'Fences': A CBS main man is a big fan

November 14, 1993|By James Endrst | James Endrst,Hartford Courant

If you haven't seen "Picket Fences," the show that swept the drama category at this year's Emmy Awards, don't worry. You're not out of it.

As a matter of fact, you're part of the mainstream.

Now in its second season on CBS, "Picket Fences" would seem to have everything a series could ask for -- a top producer, critical acclaim, the medium's highest honor.

Everything, that is, except viewers.

But the humor-laced drama about life in the small but unusually eventful town of Rome, Wis., has one very important fan: CBS Entertainment President Jeff Sagansky.

"Picket Fences," says Mr. Sagansky, is his favorite show. "I love reading the scripts, and I love watching the show," says the man who pulls most of CBS' prime-time programming strings.

Though "Picket Fences," even with a major post-Emmy public relations push, ranks 73rd of 97 shows in the latest Nielsens -- due in part to its miserable Friday-night-at-10 time slot -- it's still doing better than it was last year. And Mr. Sagansky says he expects the show to be on the air three or four more seasons.

"Nine times out of 10, quality television gets the audience it deserves," says Mr. Sagansky, adding, that when it comes to the drama form, "it doesn't get any better than this."

So why, after the Emmy sweep -- which included awards for lead actors Tom Skerritt, who plays Sheriff Jimmy Brock, and Kathy Baker, who plays his wife and town doctor Jill Brock -- isn't "Picket Fences" building a bigger audience?

"I think we haven't been effective in getting the word out," says Mr. Sagansky. "I'm not talking about the amount of air time [spent promoting] it but really the quality of the message -- which I think has improved this year."

Pigeonholed, perhaps unfairly, by some critics as the next "Twin Peaks," "Picket Fences" has pushed a lot of bizarre emotional buttons in the name of entertainment.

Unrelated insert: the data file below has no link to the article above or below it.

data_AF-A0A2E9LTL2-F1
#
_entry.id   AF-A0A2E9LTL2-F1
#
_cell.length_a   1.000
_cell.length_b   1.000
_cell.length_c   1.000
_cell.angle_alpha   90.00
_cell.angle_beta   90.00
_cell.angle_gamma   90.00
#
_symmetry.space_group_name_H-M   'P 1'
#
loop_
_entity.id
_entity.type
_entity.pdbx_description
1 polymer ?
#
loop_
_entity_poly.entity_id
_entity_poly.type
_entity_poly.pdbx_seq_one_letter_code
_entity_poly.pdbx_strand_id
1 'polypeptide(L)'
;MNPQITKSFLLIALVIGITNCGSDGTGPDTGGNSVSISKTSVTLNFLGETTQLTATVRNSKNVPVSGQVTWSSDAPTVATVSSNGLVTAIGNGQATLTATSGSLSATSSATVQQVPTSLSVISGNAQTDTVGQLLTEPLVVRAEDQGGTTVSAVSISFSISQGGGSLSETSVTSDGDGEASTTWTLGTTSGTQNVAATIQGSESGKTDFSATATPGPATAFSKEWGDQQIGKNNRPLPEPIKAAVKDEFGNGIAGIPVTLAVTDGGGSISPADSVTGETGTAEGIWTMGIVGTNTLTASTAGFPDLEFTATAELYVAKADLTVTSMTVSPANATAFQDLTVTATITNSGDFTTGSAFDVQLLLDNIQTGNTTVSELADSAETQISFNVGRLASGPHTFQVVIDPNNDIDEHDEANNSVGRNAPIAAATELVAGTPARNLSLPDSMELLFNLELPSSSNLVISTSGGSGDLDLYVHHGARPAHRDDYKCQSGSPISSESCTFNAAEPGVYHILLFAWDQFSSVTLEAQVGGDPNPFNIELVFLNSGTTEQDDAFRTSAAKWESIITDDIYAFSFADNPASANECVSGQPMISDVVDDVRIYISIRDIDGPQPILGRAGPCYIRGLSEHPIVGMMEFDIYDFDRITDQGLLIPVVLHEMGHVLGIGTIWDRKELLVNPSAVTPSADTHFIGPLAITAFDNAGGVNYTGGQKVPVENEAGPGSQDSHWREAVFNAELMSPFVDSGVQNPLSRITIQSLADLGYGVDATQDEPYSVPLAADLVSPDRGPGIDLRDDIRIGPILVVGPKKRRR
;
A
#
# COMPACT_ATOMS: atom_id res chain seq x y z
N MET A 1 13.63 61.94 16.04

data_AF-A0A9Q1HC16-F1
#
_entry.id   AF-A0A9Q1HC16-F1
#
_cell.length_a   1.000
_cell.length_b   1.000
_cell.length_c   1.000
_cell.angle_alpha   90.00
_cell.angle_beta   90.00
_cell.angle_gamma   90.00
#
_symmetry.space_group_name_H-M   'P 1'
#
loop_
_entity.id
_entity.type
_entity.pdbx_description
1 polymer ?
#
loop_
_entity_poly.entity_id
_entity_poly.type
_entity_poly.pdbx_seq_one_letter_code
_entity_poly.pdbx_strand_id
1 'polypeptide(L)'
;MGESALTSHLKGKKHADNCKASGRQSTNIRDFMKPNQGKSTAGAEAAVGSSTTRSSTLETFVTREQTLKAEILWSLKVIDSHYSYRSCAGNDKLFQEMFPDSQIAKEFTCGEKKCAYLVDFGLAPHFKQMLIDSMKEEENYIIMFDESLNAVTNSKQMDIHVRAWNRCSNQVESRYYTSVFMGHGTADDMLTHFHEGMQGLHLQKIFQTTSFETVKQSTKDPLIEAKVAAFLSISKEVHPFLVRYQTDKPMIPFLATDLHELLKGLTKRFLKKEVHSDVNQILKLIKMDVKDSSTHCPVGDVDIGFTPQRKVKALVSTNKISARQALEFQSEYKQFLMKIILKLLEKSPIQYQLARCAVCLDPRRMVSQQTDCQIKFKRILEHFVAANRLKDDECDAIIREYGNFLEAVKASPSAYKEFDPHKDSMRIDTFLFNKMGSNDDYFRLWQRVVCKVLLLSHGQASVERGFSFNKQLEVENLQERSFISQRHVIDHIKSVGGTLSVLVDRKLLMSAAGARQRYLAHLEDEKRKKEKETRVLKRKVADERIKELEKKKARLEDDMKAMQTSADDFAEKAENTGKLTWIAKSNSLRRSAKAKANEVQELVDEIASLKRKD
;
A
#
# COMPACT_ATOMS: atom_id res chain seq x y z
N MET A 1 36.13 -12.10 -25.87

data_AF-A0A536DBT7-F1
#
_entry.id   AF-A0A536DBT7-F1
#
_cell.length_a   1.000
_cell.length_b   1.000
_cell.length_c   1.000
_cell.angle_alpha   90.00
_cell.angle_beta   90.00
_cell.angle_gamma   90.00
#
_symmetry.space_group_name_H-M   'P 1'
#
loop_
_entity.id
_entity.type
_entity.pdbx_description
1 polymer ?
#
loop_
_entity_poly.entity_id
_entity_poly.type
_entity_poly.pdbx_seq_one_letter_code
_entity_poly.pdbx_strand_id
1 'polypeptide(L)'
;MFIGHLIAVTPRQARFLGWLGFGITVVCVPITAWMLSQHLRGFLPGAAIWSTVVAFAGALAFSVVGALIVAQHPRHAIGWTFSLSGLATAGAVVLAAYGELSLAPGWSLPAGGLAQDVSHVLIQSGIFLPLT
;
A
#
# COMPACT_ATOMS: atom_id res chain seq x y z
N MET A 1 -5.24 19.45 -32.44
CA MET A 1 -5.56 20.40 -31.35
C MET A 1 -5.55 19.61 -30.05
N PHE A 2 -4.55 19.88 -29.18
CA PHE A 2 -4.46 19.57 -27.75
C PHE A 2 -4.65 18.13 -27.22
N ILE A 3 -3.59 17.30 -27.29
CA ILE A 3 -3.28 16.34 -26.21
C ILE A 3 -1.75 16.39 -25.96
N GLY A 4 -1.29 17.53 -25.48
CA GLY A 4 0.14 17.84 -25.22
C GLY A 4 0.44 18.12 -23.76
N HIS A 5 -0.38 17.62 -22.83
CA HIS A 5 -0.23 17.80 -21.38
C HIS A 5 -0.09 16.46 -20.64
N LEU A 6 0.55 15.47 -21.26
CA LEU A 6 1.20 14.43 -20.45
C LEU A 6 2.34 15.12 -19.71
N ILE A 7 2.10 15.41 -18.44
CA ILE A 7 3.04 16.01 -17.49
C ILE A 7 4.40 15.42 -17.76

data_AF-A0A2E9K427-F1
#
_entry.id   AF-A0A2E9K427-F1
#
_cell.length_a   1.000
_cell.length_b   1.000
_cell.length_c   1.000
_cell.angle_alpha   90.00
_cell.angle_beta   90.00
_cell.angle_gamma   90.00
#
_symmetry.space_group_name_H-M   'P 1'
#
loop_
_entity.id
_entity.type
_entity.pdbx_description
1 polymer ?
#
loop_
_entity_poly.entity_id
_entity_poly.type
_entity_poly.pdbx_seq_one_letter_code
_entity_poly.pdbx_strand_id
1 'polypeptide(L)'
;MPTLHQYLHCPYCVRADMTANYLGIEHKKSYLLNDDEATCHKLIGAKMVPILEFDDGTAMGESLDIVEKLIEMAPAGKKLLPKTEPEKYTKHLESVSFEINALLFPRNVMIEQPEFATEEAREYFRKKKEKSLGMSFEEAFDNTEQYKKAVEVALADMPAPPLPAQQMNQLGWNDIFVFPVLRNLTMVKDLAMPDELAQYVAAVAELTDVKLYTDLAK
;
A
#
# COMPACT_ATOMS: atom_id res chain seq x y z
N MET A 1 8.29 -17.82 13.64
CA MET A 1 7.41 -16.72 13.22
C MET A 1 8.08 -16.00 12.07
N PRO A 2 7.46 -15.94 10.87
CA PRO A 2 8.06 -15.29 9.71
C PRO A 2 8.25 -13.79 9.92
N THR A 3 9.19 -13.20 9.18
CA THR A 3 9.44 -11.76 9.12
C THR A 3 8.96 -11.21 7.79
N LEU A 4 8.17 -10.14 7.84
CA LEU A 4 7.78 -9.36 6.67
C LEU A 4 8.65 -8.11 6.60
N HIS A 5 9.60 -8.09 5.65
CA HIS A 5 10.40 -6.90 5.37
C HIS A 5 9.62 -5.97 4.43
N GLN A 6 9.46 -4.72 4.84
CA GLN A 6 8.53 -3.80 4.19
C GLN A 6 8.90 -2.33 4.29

In this season's opener, for example, the mayor of Rome blew away a carjacker at point-blank range, only to die later himself, the victim of spontaneous human combustion.

It was a signature bit of black humor from executive producer David E. Kelley, former executive producer of "L. A. Law" (and the man who wrote the Rosalind Shays character out of that series by tossing her down an elevator shaft).

For some viewers, it's all a bit much.

To Mr. Skerritt ("A River Runs Through It"), Mr. Kelley is "a gift" to television.

"I think the audience deserves 'Picket Fences,' " says Mr. Skerritt. He describes the show as one that treats those who watch with respect but dramatically "deals with possibility, not necessarily probability."

As strange as some of the goings-on are in Rome (viewers have been treated to story lines featuring a serial bather, a death in a dishwasher and a male victim of date rape -- to name just a few), Mr. Skerritt says many of the issues, if not events, addressed in the hour are straight out of the newspaper.

"The improbability is that they all happen in this one town," he allows.

Ms. Baker says episodes this year are far more grounded in reality than last season's, though there will still be "that quirky element every now and then."

In no way, however, has Mr. Kelley been asked to tone down or otherwise alter the show to make it more accessible to a broader audience, says Mr. Sagansky.

"Everything that David's done creatively on this show has been his own decision," he says.

"This show is about the ambiguity of the sort of ethical dilemmas all Americans face. It's not about small-town life. . . . Nor is it about a quirky little town in the 'Twin Peaks' mold."

But that perception remains in the minds of many potential viewers, which is why Mr. Sagansky says, "In the end, this is a word-of-mouth show [where] we've got to rely on the kindness of strangers."

Almost everyone associated with the show, however, says the biggest problem is the time slot, putting "Fences" up against ABC's powerhouse "20/20."

"None of us really want that hour," says Mr. Skerritt, who says 9 p.m. on just about any other night would be better.

Mr. Sagansky, however, says the show will stay put and he feels it is performing well under the circumstances -- even though its ratings have shown only marginal improvement compared with last year's.

"It may be that this show is not ever the highest-rated drama on television," says Mr. Sagansky. "It's a question of can it get enough of an audience so that we can keep it on the air. And I think the answer to that . . . seems to be yes."

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